…the performance review process includes setting clear and specific performance expectations for each employee and providing periodic informal and/or formal feedback about employee performance relative to those stated goals. Recent trends, however, include a less formalized process focusing on more feedback and coaching, rather than a time-consuming paper trail. [ii]

The typical arrangement, often associated with a possible pay rate increase, is a 20 to 30-minute scheduled meeting between a supervisor and his / her direct report. In this short meeting, the supervisor runs through the required and predetermined checklist, rates the performance of the CNA on a  scale from 1 – 3 or 1- 5, asking intermittently, “Do you agree?”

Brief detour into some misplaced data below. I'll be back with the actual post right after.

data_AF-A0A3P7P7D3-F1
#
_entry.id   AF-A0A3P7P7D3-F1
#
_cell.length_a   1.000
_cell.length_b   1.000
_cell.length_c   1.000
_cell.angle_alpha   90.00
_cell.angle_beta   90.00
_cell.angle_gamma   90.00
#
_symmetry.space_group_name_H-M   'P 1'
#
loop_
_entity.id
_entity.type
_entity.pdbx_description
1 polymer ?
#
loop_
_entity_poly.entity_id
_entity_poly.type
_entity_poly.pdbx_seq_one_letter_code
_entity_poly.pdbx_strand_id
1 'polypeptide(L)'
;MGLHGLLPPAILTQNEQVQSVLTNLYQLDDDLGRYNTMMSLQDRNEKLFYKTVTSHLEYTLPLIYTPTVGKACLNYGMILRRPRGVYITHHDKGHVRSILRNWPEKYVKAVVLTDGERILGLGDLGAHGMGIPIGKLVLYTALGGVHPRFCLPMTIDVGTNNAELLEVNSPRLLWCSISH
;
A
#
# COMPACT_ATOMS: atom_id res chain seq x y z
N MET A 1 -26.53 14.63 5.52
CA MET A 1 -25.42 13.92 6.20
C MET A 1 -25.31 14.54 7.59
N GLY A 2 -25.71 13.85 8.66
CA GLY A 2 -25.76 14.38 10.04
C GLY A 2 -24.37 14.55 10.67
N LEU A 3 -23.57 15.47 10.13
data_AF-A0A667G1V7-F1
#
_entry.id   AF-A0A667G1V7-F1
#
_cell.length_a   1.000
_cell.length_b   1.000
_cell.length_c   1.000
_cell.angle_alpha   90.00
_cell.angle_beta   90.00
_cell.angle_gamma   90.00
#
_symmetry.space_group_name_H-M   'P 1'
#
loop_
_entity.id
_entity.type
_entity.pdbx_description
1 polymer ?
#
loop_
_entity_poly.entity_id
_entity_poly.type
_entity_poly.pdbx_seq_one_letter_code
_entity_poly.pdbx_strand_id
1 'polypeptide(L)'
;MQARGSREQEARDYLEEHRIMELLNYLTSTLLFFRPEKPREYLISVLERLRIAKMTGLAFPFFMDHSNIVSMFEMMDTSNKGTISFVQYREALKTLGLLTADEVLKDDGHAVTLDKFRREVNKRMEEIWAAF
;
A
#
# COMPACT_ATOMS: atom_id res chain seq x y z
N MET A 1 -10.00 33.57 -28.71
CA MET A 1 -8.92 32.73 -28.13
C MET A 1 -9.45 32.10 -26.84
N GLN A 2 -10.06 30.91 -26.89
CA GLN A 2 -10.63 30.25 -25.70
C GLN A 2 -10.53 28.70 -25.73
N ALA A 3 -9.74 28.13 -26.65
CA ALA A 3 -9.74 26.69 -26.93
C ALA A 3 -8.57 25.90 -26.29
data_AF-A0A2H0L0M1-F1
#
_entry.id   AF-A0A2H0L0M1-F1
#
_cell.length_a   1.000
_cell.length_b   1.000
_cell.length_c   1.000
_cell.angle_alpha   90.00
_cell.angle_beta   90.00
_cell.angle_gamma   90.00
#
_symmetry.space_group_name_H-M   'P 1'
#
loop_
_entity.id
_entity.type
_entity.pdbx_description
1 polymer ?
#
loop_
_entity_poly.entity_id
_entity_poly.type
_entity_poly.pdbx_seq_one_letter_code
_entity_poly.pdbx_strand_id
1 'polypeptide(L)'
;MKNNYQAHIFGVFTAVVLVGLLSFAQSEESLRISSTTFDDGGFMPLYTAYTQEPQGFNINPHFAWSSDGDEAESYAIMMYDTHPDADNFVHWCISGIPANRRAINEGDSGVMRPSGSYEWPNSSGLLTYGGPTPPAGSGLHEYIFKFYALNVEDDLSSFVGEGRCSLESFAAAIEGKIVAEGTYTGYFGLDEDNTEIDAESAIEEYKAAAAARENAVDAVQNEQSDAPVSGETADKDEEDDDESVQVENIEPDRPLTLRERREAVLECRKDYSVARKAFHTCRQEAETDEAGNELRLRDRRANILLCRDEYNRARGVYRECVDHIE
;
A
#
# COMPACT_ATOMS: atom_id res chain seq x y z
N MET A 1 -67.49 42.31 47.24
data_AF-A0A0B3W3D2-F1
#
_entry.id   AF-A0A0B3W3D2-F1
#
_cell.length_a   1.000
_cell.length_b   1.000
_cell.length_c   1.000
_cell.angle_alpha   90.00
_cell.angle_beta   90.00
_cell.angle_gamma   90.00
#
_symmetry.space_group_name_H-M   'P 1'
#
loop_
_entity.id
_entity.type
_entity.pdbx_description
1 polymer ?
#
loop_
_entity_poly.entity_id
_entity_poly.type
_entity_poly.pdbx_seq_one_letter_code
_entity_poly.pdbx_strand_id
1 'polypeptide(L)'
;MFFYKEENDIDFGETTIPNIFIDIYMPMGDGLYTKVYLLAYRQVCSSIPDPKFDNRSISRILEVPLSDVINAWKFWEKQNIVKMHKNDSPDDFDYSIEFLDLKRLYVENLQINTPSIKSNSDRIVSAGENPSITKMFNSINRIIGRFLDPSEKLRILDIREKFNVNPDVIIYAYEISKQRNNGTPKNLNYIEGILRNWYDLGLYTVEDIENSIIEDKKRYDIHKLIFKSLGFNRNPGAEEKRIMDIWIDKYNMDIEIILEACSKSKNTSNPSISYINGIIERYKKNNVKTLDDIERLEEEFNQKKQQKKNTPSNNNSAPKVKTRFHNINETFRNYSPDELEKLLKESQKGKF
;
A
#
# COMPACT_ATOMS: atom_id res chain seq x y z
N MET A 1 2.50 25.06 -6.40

This arrangement does not help the supervisor, or the subordinate. In a setting like a nursing home, these individuals probably spend to 15 – 25 hours per week interacting with each other, giving and receiving instructions and sharing key clinical information, with many opportunities to provide feedback and to listen. Moreover, because the most performance appraisal interviews are often conducted so infrequently, misunderstandings or resentments have a way of building up and getting distorted out of proportion.

Over the past two years, using the pandemic-related staffing shortages as a rationale, many supervisors and subordinates have postponed or glossed over the performance appraisal process. It may be that both are relieved by avoiding what is very often seen as a judgmental, conflict-laden requirement.[iii] In one system studied before the pandemic, 51% of CNA, MedTech and Dietary Department resignations occurred within 30 days of a scheduled PA interview.